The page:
Apple iPhone, iPad 2 outsells all:
Despite Android powering so many smartphone models and offering the most popular operating system, the iPhone continues to sell more than any other single type of smartphone while the iPad 2 continues to outsell all single tablet models. Apple did not introduce the iPhone 5 in 2011 after coming out with the iPhone 4S months late, having made few adjustments which many believed would hurt the company, but they remain the top tech company with the highest profits and their power play for 2011 is not Steve Jobs joining the afterlife, but in their outselling everyone even without releasing a legitimately new product this year.
REP. LAMAR SMITH
SOPA splits the tech world:
H.R.3261, the Stop Online Privacy Act has split the tech world as supporters lament rampant, blatant copyright violations across the web as critics note passage of the bill would do little more than stifle free speech and destruct the nature of sharing online. Sponsored by Representative Lamar Smith (R-TX) and co-sponsored by 16 Republican Representatives (King, Carter, and Blackburn) and 16 Democrat Representatives (Wasserman Schultz and Conyers), the bill has only been introduced and not yet passed in the House or Senate, but threatens to change the rights of all content providers, as well as internet users. Count on the House’s 2011 power move to be big news in 2012 as well.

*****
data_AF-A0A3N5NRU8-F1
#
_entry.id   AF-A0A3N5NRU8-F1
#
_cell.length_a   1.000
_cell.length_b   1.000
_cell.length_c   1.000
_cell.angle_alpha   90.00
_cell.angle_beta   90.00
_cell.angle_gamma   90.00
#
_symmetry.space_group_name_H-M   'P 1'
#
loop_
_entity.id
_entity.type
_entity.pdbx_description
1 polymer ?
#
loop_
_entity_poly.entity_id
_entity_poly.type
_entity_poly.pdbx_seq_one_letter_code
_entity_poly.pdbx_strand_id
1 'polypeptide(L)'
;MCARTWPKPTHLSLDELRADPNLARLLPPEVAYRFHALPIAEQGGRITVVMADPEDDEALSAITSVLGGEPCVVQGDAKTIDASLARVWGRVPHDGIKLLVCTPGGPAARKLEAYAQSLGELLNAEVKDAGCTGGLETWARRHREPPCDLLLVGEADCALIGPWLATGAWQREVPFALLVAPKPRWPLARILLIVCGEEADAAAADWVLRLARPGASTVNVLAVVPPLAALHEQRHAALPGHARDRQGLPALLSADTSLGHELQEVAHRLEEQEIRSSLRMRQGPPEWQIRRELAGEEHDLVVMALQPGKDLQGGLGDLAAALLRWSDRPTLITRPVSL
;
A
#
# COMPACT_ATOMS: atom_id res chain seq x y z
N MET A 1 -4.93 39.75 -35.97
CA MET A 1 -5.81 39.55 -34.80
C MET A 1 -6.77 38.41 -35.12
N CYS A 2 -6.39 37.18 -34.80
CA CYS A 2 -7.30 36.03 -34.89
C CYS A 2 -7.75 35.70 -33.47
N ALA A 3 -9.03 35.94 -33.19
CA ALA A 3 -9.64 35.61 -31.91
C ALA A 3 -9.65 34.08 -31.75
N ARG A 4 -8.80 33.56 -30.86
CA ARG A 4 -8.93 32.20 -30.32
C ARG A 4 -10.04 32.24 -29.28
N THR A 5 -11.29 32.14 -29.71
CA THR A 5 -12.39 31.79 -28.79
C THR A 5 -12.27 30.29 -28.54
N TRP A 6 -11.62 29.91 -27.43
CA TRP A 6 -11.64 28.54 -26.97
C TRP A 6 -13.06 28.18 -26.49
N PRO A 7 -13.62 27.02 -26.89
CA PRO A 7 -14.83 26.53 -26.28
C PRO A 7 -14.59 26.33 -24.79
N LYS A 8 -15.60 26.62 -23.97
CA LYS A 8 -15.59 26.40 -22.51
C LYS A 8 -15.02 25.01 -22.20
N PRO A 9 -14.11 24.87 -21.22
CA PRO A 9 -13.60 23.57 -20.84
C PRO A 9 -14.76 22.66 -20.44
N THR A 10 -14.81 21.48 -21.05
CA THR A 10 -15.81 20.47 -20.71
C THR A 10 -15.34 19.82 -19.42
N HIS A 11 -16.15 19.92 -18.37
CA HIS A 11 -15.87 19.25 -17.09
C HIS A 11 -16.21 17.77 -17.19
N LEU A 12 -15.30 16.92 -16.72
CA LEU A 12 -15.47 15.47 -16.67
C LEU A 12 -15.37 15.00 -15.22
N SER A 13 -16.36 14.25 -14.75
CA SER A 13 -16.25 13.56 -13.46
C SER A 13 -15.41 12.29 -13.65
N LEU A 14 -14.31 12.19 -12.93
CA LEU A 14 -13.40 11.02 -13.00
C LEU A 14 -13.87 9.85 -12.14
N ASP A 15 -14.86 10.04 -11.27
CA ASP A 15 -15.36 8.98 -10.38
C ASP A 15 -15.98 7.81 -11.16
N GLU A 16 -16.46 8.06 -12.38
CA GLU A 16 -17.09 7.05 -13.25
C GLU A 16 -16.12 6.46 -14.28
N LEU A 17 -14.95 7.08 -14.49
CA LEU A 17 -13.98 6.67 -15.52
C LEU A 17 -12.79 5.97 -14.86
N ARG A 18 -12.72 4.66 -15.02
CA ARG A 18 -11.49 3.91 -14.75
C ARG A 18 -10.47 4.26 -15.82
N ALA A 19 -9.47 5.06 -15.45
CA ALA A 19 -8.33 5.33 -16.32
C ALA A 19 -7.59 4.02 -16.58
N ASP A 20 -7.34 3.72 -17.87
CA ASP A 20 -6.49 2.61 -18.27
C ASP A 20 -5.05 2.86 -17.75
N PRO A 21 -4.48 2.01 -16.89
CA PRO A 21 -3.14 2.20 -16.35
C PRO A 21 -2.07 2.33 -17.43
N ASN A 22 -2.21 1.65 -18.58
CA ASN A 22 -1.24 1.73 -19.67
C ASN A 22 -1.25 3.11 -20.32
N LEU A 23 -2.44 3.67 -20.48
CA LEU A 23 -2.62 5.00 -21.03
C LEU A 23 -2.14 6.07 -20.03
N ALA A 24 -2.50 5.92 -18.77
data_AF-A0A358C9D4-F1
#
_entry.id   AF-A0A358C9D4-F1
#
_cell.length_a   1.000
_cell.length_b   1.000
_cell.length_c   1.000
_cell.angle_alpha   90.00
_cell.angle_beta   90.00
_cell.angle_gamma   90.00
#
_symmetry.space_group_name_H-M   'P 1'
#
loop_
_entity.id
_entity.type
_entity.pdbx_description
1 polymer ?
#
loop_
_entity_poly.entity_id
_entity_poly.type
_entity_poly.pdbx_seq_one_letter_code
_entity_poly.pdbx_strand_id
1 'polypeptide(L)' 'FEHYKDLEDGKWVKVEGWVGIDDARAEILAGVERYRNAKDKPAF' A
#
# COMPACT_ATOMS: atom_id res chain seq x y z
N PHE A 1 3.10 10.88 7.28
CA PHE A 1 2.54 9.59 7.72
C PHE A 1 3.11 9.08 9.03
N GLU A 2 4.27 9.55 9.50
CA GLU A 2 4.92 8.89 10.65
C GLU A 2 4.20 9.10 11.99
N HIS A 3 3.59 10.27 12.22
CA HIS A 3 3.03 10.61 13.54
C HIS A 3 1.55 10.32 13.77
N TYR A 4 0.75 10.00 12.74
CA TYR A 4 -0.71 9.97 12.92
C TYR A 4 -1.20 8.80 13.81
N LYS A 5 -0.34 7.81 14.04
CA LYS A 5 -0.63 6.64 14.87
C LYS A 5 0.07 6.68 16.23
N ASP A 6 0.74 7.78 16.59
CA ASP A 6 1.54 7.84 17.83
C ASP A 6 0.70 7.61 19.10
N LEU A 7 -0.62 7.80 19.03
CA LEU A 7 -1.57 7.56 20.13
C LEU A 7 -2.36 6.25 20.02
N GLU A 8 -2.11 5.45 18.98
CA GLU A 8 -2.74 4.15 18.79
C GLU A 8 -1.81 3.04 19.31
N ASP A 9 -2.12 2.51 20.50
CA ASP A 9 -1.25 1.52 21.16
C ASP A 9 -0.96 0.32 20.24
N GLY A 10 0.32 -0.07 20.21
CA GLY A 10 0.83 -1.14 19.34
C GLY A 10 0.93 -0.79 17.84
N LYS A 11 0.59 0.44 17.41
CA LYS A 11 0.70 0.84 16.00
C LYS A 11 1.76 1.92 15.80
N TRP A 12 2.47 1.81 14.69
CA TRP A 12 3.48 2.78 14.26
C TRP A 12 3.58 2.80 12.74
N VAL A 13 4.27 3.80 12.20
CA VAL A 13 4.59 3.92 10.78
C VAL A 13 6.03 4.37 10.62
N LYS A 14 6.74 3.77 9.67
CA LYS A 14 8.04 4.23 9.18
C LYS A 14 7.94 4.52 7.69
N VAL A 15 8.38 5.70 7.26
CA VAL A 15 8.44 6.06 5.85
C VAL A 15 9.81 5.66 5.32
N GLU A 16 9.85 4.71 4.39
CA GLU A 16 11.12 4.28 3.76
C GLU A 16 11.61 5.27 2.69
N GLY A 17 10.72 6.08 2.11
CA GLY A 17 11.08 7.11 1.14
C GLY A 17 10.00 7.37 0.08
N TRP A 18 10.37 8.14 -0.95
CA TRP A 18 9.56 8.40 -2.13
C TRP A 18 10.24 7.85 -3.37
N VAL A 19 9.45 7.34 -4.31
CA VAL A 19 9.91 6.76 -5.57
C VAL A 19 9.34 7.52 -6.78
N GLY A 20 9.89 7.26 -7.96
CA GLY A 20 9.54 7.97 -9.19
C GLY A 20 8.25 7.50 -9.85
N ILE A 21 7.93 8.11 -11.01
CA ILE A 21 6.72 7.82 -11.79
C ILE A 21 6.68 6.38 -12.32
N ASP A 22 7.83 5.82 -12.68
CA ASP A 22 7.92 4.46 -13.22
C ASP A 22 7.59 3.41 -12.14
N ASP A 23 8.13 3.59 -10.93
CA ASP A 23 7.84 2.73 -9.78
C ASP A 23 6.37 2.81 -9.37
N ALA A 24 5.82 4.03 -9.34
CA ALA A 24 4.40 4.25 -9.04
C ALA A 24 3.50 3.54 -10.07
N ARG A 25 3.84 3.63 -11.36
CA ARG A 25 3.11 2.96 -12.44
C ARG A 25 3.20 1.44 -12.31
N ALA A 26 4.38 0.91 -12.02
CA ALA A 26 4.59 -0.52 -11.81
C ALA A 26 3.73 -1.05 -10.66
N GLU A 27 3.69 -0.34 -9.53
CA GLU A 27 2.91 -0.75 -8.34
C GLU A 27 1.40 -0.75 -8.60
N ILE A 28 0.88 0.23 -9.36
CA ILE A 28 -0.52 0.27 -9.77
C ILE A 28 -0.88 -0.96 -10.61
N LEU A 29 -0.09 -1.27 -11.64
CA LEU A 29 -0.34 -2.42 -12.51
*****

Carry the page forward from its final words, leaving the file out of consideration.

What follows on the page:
Gilt Groupe went global, proved niche:
New York startup, Gilt Groupe is a free, invitation-only e-commerce site offering luxury lifestyle brands at sample prices, proving the value of the classic “insiders” network. The private company’s most recent valuation was $1 billion, receiving $236 million in funding so far under CEO and Founder, Kevin Ryan’s leadership. The company went global in 2011 after adding a variety of high profile executives to their roster. They acquired Decorati and BuyWithMe and launched home focused retail alongside men-focused retail. Their power grab in 2011 was undeniable as they snatched up funding and acquisitions.
KEVIN SYSTROM & MIKE KRIEGER
Instagram popularizes photo sharing: